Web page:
As more information trickles through the supply chain, the timeline of risk will shrink. With more visibility, you’ll be able to concentrate on immediate disruptions in the supply chain and respond to those.
Tracking weather, traffic conditions and other disruptions that could affect your supply chain will allows for more rapid adjustments, which will in turn lead to fewer disruptions in the supply chain and of the business. Planning for these factors becomes easier with data analytics that can juggle far more pieces of information than humans can.
3. Procurement Professionals Will Become Knowledge Leaders
The information procurement professionals will use will make them knowledge leaders for the entire company. For cost savings, the data used in procurement will be invaluable. To take one example, a commercially sold multivariable freight optimisation program saved one industrial company 25 per cent on its air freight costs. The marketing department may consult with the information procurement professionals gather from social media to determine demand.
4. Automation in the Supply Chain Will Gather Pace
The Internet of Things (IoT), which combines sensors and data analytics, will ramp up automation in the supply chain. Automation will ease the supply management professional’s job, as much of the ordering becomes part of the system. Sensors on store shelves can measure how fast a product is selling, then alert the manufacturer to adjust the amount to deliver to individual stores — or even the total number of products to produce. The head of JDA Labs, an operations planning software company, describes big data and sensors as answering manufacturers’ demands for product placement information. The sensors show where stores place products on their shelves, and informing manufacturers of their product placement is the first step toward automation of meeting consumer demands.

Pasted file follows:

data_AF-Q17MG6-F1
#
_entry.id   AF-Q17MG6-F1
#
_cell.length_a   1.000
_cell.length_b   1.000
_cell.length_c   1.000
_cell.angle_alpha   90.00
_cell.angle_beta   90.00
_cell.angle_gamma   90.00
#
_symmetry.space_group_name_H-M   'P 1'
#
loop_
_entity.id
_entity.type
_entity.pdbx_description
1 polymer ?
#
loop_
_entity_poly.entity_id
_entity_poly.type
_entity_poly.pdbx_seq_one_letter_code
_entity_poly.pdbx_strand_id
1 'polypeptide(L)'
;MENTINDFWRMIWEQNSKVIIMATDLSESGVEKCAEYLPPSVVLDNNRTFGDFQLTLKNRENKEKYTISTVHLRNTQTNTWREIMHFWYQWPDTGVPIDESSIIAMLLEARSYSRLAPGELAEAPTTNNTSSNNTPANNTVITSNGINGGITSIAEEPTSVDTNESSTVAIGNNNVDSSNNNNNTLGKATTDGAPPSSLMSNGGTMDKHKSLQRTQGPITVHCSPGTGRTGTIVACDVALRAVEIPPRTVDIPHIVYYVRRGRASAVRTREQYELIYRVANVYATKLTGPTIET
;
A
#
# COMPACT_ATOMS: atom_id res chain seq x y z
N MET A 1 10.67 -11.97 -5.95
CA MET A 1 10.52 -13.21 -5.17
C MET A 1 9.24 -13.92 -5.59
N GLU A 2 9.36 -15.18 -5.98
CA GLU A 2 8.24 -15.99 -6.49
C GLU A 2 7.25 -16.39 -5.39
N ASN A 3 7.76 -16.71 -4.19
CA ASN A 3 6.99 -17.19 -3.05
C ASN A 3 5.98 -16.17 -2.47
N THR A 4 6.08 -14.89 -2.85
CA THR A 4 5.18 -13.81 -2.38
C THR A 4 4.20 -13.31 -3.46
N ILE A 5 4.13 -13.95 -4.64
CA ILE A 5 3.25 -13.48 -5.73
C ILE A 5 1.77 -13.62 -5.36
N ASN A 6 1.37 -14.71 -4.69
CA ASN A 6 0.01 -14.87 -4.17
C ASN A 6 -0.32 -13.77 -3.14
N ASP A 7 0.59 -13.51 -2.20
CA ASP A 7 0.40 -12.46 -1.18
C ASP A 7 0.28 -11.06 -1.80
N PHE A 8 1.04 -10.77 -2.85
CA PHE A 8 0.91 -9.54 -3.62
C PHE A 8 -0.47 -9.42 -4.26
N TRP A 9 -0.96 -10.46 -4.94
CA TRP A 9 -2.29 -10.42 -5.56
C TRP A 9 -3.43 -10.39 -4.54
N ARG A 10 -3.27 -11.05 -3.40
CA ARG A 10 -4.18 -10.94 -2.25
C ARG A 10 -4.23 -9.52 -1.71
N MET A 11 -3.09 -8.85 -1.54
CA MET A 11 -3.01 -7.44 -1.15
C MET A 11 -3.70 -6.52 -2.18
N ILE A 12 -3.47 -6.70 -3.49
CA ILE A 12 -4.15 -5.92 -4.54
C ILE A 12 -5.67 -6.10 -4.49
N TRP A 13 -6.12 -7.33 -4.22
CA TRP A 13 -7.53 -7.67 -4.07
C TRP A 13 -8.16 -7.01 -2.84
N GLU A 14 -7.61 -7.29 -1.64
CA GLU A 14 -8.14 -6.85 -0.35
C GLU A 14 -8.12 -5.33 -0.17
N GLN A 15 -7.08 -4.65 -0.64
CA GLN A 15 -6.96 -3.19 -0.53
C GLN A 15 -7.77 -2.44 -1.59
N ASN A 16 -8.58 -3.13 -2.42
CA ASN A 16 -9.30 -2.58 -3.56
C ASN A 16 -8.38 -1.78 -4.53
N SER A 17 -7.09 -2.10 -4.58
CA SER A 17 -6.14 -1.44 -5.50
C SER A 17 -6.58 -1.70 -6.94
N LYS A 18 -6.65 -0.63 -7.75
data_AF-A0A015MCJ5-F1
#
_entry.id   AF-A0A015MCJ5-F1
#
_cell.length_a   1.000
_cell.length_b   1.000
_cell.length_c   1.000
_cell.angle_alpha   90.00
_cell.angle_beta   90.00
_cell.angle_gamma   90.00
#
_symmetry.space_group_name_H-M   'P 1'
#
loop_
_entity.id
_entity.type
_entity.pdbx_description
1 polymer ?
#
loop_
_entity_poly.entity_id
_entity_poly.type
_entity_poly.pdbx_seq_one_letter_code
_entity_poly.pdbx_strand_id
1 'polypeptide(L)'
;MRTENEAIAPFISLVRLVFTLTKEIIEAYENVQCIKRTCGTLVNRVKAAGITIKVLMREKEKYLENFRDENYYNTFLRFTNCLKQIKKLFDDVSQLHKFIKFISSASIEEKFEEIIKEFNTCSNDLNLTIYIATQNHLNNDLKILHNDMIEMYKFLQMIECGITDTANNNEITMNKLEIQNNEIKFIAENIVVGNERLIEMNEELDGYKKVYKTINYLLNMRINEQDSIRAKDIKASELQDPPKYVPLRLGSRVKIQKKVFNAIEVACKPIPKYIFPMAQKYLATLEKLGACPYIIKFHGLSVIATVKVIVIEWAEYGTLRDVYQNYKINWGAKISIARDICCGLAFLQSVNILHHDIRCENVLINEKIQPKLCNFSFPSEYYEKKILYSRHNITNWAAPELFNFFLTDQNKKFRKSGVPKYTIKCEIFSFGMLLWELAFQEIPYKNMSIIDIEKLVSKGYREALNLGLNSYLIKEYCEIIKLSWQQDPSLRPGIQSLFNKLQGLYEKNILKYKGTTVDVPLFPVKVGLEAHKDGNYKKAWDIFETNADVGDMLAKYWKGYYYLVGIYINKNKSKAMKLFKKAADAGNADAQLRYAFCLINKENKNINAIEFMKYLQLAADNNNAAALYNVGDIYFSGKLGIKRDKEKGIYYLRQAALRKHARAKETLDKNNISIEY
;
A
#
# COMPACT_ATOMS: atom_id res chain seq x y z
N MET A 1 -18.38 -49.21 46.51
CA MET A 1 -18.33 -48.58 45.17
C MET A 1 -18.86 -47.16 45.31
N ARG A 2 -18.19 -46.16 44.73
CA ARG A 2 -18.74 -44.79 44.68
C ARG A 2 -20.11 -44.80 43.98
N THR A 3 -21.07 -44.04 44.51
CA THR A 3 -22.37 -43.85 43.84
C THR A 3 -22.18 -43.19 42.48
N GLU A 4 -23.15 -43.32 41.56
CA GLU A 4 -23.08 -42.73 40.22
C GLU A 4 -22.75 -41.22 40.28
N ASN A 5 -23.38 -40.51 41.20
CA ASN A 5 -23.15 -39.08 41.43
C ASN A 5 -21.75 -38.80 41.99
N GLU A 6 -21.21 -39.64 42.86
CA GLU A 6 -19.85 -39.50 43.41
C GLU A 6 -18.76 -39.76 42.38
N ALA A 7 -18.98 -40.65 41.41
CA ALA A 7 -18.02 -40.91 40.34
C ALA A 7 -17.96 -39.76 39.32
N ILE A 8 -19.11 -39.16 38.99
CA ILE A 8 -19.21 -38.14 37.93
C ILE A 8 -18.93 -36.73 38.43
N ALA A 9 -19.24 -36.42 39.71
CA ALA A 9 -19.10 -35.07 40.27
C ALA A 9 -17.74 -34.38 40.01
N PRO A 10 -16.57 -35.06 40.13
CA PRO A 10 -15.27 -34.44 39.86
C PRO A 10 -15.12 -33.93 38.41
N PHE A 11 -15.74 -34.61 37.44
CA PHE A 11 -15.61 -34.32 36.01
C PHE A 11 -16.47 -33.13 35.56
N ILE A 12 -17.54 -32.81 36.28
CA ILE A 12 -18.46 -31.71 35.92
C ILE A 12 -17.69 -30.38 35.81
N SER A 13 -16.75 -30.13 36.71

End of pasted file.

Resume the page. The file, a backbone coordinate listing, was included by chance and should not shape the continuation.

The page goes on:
Charles used such a team to work with $12 billion when he was at Kraft Foods and had a similar group for $10 billion in work at Kellogg’s. Ernst & Young, EY, suggests the team members know how to work with quantitative data since quantitative risk management will become a critical part of procurement. With the right people and software, you can make data analytics a reality for your business.
Analytics will make use of unexpected data. Ernst & Young predicts that by 2025 social media, mobile technology, big data and the cloud will be the primary sources for data analytics in procurement. Analysing this information will be necessary with the right software and people to unpack it.
Security and Big Data
Part of using shared information in the cloud and big data will be keeping the information and your company secure. You cannot ignore the problem, so make sure you always have updated virus screening software. Additionally, keep a firewall for your business. When in doubt, hire a trusted IT security professional to keep your information secure.
Is Data Analytics the Future of Procurement?
Data analytics will become an integral part of the future of procurement and the supply chain. If you don’t start the process of implementing it in your operations today, you could be behind tomorrow. The information from this process will save you money and make your business more efficient. Data analytics is one investment where the ROI will continue to benefit your business for years.